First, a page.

Celebrate Hatch Chile Season

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‘Tis the season for one of the Southwest’s most-anticipated flavors to return to the forefront of kitchens and restaurants alike, and we have to say … we’re pretty excited.
That’s right, it’s Hatch chile season.
For those of you who are unfamiliar with Hatch chile, they are directly related to Anaheim peppers, but instead are grown in New Mexico’s Hatch Valley. Some are mild, with heat levels similar to Anaheim or poblano peppers, but others can be as hot as their smaller serrano counterparts.
"Once a year, the supermarkets are flooded with Hatch Chile Peppers. Once roasted this spicy vegetable makes beautiful soups and stews."
Hatch aficionados believe the New Mexico soil and climate cause these peppers to be more flavorful and spicier than the widely distributed Anaheim peppers. Unlike Anaheim peppers, Hatch chile have one growing season per year and are harvested each August and September.
Rows of Chile in a field near Hatch, NM.
These spicy, versatile peppers are essentially treated like their own food group in Texas, and what better way to celebrate their existence than an entire festival?
From August 9 to 22,  Central Market’s 22nd-Annual Hatch Chile Festival will transform each location into a “Land of EnHATCHment,” where you can find an extensive roundup of pre-packaged Hatch products and fresh Hatch fare. This year, the lineup includes Hatch dark chocolate, Hatch popcorn, Hatch beer, and Absinthe & Hatch salami.

Central Market Hatch Chile Dark Chocolate Bar 3 OZ
Photo courtesy of Central Market


Take a trip to the bakery for items such as cheddar Hatch pepper bread or Hatch sourdough, or visit the deli counter to snag some Hatch tamales, Hatch crab cakes, and Hatch-stuffed chicken breasts.

In celebration of the return of the Hatch chile, below are some tips from our friends at Central Market on how to pick, roast and store your chiles.
Photo courtesy of Central Market
How to Roast & Store Hatch Chiles
By: Central Market

*We recommend that you wear gloves while working with Hatch Chiles.
You can roast chiles either over a grill or in your broiler oven. Be sure to puncture the skin with a fork or knife before roasting to a golden brown on both sides.
Oven-roasted chile is as close to flame-roasted as you can get. Preheat your oven to 425°. Place chiles in oven for 15-20 minutes until soft. When roasted, the chile skins will begin to blister. Allow peppers to “sweat” a while before you peel them to use in a recipe.
Then peel the skin and serve, or add to your favorite recipe.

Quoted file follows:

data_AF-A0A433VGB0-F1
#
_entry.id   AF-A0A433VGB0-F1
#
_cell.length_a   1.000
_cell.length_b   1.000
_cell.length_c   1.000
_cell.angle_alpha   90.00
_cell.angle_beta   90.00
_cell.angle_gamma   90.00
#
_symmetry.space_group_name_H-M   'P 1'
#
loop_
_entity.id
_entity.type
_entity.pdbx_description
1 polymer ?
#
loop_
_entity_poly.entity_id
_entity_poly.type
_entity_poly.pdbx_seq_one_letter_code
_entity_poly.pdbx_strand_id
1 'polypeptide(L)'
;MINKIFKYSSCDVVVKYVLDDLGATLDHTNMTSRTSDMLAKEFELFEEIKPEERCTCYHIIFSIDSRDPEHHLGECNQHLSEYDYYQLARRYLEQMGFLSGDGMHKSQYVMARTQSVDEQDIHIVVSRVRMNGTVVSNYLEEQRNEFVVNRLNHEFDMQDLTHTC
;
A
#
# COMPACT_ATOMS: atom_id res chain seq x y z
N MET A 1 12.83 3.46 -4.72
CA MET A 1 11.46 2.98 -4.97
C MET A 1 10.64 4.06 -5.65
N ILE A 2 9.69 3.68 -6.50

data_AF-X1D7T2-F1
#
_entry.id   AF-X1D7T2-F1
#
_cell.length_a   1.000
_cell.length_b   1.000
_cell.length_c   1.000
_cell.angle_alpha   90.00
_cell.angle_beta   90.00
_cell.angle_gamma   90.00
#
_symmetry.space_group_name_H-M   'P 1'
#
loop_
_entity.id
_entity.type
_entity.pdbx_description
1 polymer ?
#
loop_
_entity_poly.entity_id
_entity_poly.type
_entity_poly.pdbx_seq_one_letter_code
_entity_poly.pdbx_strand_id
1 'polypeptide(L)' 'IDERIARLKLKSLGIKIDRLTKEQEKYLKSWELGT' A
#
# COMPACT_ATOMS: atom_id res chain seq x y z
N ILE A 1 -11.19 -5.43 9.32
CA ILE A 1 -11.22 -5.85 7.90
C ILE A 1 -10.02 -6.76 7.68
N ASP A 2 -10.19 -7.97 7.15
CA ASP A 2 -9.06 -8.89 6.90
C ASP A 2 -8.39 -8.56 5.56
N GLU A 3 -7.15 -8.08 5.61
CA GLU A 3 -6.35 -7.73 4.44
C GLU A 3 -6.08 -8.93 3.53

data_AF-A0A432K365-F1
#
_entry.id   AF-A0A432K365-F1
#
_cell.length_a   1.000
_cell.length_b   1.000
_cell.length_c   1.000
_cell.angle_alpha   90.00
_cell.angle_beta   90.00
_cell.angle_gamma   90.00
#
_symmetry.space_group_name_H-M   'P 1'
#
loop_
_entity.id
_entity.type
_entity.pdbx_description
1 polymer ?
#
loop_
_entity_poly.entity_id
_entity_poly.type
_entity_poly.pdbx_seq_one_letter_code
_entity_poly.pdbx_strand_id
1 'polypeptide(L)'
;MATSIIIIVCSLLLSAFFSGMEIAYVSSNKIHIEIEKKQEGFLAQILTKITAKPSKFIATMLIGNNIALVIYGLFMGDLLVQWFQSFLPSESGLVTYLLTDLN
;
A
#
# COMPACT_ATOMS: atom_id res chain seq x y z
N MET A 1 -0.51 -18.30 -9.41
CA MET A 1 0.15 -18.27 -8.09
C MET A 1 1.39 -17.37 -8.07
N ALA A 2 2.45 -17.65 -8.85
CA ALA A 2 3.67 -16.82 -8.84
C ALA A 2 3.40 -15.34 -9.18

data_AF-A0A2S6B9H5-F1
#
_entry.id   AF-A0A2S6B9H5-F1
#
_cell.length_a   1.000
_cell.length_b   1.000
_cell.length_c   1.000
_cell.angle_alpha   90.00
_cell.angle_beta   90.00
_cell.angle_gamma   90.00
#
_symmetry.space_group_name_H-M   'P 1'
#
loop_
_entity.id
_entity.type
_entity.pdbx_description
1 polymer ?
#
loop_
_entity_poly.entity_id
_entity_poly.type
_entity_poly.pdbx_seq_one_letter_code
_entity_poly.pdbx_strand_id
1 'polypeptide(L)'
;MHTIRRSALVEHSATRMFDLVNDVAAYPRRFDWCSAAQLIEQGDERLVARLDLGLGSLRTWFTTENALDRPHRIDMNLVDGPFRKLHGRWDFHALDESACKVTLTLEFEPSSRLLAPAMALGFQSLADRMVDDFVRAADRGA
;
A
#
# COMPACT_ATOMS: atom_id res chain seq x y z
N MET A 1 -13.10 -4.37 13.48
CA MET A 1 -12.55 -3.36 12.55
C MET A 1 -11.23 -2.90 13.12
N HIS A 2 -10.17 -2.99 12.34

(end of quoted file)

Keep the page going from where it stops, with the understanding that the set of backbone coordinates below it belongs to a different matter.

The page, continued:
If you are going to freeze your roasted Hatch peppers, allow to cool completely. We recommend leaving skins on and seeds and veins intact. So much of the pepper flavor is in the skins and seeds, so leaving this on should give you a more flavorful pepper after thawing. Simply slip 4 to 5 whole peppers into a freezer ziplock baggie, squeezing the excess air out as you zip the bag shut. These can be stored in your freezer to use all year long, until the next Hatch season rolls around.
It’s easy to peel your roasted Hatch peppers by laying the whole pepper flat on a cutting board. Holding the stem with one hand and running the sharp edge of a knife across the skin will scrape the charred skin right off.
Note: Some folks like to skin (and even chop) their peppers prior to freezing. They say that it makes it easier and quicker to add to recipes.
This year, we had the pleasure of visiting Central Market to taste some recipes in which you can utilize these potent peppers.
Homemade Iced Tea with Lemons and Mint
Hatch Pepper Simple Syrup

*8 Hatch peppers, chopped with seeds removed
*1 1/4 cup granulated sugar
*1 cup water
Directions: In a large saucepan, dissolve 1 cup sugar in 1 cup water over medium heat. When sugar is dissolved, bring to medium-high heat and add Hatch peppers. After 3 to 5 minutes (peppers should be flexible but not soft), remove from heat and steep for 10 to 15 minutes. Strain peppers, reserving liquid as the syrup.
Hatch Pepper Sweet Tea
*1/2 liter strong black tea
*1/4 to 1/2 cup Hatch pepper simple syrup
*Juice of two lemons
*1 bunch mint, lightly crushed
*Sugar, to taste
*Iced water

In a large pitcher, combine 1/4 cup Hatch simple syrup with tea — stir to mix thoroughly. Add lemon juice and mint, then add iced water to desired strength. Use additional Hatch syrup and sugar to reach desired heat and sweetness. Serve with a garnish of mint and lemon.